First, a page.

The use of languages in Australia is as diverse as this vast and exotic country:continent, home to the untamed outback, legendary beaches, cuddly koalas, fearsome great white sharks, Neighbours and Foster’s amber nectar.
Australia Day on 26th January annually marks the first British ships landing in New South Wales in 1788.
As a result of this historic event, English became the native tongue in Oz, and remains so to this day. WorldAtlas confirms that, “The 2011 analysis of language spoken at home indicate that majority of Australians speak English only… Overall about 76.8% of the people speak English only…”
But, the languages in Australia are a-changing. So, if you’re planning to visit Australia or even emigrate to Australia, it’s well worth looking in to the language trends in your specific regions of interest.
Key emerging languages in Australia “include Punjabi, Filipino/Tagalog, and Arabic.”
And, like most major metropolitan areas in any country, that’s where languages in Australia are really shaking things up. “Sydney and Melbourne house more than 65% of non-English migrants who in general speak some 240 foreign languages”, WorldAtlas explains.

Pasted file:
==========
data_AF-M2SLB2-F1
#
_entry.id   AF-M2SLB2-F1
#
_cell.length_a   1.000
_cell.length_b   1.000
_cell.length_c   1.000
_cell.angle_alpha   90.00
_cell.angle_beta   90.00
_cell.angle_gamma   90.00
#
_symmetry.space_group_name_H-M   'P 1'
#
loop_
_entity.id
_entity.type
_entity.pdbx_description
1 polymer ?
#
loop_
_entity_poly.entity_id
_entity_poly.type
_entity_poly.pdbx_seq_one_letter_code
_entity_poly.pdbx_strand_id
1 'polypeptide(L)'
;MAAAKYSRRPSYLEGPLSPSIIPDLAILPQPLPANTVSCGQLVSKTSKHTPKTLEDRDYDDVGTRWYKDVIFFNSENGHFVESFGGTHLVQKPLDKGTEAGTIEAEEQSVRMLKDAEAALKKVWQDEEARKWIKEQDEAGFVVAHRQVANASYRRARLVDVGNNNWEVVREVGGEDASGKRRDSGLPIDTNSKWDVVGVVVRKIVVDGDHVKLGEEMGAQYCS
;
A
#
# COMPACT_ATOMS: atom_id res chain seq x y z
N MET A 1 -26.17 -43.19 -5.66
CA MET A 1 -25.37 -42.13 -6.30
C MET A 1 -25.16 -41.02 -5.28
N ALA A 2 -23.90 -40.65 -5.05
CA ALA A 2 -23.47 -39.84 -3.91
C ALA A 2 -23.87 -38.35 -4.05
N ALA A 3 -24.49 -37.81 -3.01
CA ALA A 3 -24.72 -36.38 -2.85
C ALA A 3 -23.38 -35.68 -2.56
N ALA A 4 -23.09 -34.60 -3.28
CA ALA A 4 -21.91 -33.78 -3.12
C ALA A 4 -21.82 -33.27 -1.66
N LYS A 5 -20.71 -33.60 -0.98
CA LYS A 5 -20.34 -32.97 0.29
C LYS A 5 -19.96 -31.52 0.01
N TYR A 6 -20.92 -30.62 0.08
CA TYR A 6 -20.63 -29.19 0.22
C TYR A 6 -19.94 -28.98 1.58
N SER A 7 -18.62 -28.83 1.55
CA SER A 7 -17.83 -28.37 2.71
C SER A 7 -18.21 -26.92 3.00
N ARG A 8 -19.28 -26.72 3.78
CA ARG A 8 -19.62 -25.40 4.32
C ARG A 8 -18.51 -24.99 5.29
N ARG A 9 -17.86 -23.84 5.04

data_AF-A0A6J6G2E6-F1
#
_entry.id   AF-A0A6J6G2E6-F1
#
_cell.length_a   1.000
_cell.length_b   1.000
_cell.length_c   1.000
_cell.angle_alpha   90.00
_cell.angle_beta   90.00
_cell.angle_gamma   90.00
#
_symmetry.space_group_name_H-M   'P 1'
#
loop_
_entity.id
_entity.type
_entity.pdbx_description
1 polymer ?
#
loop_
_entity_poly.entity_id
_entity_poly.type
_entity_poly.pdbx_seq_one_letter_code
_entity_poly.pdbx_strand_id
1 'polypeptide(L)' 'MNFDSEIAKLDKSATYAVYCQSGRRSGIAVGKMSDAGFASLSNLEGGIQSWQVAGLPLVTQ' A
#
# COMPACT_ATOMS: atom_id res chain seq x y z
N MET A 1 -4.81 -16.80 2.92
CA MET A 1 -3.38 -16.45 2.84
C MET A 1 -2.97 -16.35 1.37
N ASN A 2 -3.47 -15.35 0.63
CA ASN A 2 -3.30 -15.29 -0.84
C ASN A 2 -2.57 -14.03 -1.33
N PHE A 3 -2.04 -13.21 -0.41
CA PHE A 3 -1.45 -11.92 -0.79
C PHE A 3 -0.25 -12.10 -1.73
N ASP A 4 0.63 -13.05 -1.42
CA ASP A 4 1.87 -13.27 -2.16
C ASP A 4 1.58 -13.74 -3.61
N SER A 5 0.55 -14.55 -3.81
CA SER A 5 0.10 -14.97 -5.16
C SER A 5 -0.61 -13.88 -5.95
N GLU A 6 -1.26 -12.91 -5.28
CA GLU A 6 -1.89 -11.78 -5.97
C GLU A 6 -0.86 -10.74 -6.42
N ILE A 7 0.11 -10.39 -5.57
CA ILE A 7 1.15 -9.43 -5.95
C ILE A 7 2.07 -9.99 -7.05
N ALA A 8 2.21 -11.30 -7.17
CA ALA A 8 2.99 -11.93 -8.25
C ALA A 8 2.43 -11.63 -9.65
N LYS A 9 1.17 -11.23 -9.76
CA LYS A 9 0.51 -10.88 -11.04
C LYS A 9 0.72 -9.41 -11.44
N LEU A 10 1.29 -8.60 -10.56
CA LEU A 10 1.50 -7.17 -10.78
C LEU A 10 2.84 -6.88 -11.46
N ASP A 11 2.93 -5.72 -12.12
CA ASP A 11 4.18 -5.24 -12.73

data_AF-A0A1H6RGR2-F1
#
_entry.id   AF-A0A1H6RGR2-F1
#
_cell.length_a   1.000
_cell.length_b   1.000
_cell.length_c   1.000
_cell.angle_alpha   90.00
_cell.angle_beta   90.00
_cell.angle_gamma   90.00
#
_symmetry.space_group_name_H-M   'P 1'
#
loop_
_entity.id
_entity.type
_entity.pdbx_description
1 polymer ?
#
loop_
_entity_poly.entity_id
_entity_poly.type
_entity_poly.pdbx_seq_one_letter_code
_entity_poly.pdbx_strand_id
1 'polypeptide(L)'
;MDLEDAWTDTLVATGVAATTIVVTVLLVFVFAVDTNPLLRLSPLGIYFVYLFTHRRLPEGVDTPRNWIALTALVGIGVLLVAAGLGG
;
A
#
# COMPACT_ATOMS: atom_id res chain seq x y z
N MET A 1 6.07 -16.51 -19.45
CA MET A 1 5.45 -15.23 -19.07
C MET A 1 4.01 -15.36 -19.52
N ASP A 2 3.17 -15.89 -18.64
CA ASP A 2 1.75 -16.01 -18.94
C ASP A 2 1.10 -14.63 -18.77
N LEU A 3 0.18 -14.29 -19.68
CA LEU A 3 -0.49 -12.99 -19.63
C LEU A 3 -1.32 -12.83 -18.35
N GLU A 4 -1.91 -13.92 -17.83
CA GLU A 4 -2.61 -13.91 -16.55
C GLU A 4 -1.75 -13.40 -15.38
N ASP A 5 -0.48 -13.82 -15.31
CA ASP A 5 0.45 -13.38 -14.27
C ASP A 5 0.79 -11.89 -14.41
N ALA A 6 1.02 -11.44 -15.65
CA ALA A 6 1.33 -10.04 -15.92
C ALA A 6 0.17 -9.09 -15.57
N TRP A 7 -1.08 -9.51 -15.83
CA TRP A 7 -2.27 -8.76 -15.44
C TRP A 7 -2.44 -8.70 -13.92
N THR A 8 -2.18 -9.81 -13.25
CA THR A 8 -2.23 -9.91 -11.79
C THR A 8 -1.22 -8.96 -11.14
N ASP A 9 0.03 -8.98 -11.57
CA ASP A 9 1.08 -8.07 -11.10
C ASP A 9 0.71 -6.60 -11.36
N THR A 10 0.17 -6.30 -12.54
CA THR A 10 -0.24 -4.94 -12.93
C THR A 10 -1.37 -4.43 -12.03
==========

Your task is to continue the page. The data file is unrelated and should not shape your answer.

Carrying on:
As a result, some of the shifts in languages in Australia are quite pronounced over just a five year period in between the Australian Bureau of Statistics censuses conducted in 2011 and 2016:-
Spoken by 76.8% (16,509,291 people) in 2011
Spoken by 72.7% (17,020,417 people) in 2016 = up 4.1% (+ 511,126 people)
Spoken by 1.6% (336,410 people) in 2011
Spoken by 2.5% (596,711 people) in 2016 = up 0.9% (+ 259,767 people)
- Arabic (replacing Italian, which was spoken by 1.4% = 299,833 people in 2011, but doesn’t appear in the list of the top 5 languages in Australia in 2016)
Spoken by 1.3% (287,174 people) in 2011
Spoken by 1.4% (321,728 people) in 2016 = 0.1% increase (+ 34,554 people)
Spoken by 1.2% (263,673 people) in 2011
Spoken by 1.2% (280,943 people) in 2016 = static (+17,270 people)
- Vietnamese (a new entry in 2016 that didn’t appear in the list of the top 5 languages in Australia in 2011)
Spoken by 1.2% (277,400 people) in 2016
At La Academia, we’re here to help ensure your language skills aren’t a dog’s breakfast if you’re dreaming of throwing a shrimp on the barbie. No worries, mate, she’ll be right.